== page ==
Five links that made us think this week:
Can you imagine a world in which college and grad school applications didn’t require SATs, GREs, GMAT, LSATs, and all those other three-letter scary words? A group of civil rights activists in New York recently filed a complaint with the U.S Department of Education to reduce reliance on standardized exams in admissions decisions. The complaint claims that “schools rely on a test that advantages one racial group over another.” This complaint goes along with the trend of several universities across the nation that have already started to eliminate the use of standardized exams.
Remember when back in 2010 Mark Zuckerberg donated $100 million to public schools in Newark? Two years have passed, yet less than $17 million has been committed. Part of the money has been used to open innovative public and charter schools, including Bard High School Early College and Newark Bridges High School, where new school curricula have given failing students a second chance at education. More to come on the other $83 million. . .
Dr. Michael Anderson, a pediatrician in a low-income community in Atlanta, concluded that it’s easier to put low performing students on ADHD medication than to improve low performing schools. Dr. Anderson says, “We’ve decided as a society that it’s too expensive to modify the kid’s environment. So we have to modify the kid.” I would assume Dr. Anderson is aware of the many dangerous side effects and dependency some ADHD medications can have over someone who hasn’t been diagnosed with an Attention Deficit Hyperactivity Disorder. When it comes to our kids improving their school performance (while still taking care of their mental health,) are pharmaceutical interventions really the answer?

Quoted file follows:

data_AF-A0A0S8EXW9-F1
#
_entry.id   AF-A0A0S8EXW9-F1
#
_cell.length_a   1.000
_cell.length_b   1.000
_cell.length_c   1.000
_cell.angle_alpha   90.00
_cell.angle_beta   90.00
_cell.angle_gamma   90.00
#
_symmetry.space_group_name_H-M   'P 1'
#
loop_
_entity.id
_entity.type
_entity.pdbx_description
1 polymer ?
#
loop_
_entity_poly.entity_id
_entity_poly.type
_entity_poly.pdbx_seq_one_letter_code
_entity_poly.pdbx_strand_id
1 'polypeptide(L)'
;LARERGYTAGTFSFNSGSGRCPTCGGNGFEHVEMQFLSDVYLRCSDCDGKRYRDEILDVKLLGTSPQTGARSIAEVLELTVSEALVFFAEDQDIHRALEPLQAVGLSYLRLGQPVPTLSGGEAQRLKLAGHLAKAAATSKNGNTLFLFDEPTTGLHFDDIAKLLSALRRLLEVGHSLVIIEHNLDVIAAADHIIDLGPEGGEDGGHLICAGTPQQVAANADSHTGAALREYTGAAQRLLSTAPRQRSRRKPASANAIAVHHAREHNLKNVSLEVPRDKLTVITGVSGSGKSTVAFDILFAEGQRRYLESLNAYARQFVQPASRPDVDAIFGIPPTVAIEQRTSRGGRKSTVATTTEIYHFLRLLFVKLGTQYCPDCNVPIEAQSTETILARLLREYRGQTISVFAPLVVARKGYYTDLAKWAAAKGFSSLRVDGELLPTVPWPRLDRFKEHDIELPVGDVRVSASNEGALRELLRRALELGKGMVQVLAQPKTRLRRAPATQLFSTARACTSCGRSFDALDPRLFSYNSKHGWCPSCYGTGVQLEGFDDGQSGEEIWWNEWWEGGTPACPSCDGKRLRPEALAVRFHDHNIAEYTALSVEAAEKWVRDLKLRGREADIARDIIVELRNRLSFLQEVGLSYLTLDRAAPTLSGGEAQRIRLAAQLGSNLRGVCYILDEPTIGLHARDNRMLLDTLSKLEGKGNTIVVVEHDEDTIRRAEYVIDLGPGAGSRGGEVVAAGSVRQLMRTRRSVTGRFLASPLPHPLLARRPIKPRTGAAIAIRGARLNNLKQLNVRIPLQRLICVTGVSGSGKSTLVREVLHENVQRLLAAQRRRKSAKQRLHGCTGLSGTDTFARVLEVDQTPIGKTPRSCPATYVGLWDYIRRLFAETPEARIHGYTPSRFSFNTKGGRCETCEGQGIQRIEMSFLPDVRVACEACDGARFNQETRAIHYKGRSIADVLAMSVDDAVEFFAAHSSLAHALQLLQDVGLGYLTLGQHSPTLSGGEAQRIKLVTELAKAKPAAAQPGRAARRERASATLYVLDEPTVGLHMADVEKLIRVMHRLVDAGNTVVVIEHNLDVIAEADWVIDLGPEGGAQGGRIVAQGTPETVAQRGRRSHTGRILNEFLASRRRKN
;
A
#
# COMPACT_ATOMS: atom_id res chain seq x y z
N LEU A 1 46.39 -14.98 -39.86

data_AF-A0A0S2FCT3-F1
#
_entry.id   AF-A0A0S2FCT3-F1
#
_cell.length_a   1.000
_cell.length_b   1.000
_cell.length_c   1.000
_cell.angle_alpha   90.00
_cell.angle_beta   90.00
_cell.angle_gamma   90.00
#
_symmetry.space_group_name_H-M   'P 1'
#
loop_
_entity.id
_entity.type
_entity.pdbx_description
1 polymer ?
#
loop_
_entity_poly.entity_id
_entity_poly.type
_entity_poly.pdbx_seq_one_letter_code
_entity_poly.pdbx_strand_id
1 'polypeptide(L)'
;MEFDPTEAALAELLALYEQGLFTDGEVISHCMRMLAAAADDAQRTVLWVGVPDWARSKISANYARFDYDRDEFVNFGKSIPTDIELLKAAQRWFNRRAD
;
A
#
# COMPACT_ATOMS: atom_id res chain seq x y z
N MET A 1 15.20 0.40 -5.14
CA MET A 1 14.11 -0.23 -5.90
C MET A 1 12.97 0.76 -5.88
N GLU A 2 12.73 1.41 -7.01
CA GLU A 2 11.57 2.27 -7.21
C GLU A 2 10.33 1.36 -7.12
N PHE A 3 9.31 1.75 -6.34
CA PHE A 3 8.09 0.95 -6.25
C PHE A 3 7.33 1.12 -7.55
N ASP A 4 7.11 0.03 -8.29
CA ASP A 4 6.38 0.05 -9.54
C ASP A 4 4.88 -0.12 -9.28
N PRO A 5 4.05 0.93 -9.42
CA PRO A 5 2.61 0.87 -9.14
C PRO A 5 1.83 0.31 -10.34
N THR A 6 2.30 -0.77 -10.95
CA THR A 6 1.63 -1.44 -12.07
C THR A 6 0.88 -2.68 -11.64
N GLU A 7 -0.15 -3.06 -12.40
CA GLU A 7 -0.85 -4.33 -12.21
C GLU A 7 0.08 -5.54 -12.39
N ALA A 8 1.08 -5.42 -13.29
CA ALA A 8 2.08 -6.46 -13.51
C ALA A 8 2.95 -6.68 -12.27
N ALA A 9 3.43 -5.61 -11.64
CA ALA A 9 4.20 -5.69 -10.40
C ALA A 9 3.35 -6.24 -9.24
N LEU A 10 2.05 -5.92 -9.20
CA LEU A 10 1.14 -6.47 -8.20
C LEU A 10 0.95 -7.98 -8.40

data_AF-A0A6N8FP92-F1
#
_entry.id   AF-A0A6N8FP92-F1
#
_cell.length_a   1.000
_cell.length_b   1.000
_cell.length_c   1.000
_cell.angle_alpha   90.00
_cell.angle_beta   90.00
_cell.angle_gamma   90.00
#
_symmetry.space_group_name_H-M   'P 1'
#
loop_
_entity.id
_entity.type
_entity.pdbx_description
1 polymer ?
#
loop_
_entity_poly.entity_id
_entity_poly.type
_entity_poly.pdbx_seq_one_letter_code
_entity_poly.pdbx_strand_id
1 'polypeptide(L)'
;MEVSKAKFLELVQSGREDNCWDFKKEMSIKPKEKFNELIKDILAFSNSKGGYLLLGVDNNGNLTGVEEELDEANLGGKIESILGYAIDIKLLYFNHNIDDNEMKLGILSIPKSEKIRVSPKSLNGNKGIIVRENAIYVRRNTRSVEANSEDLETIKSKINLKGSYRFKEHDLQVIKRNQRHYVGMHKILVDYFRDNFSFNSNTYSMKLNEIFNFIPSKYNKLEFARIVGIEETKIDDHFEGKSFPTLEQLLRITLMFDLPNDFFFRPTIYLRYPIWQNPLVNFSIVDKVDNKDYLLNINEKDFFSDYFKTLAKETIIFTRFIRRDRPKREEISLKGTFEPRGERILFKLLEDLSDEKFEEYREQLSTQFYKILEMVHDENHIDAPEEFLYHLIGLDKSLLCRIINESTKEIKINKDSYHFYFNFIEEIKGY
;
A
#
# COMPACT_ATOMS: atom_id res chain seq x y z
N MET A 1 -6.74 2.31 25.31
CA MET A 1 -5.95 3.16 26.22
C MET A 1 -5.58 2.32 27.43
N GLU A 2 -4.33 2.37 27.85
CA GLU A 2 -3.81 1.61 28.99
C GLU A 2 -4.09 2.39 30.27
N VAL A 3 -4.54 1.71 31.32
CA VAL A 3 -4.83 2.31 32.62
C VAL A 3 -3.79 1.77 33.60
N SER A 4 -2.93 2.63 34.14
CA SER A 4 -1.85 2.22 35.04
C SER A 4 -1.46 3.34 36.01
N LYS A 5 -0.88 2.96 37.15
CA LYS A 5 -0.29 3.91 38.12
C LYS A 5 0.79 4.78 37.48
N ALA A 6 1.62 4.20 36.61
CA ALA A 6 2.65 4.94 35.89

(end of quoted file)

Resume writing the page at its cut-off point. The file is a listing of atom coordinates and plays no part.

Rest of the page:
America’s Report Card gave the United States a C- when it comes to ensuring educational opportunities for our children. The country’s only “A” — an A-minus — came from 90.6 percent of children having health coverage in 2011.
That doesn’t come as much of a surprise to those who noted the loud silence around education issues in last week’s presidential debate and again in last night’s vice presidential debate. Maybe the candidates’ education advisors will have more to say in next week’s exclusive live webcast hosted by Education Week.
That’s it for this week. Have a great weekend, everyone! Pura Vida.
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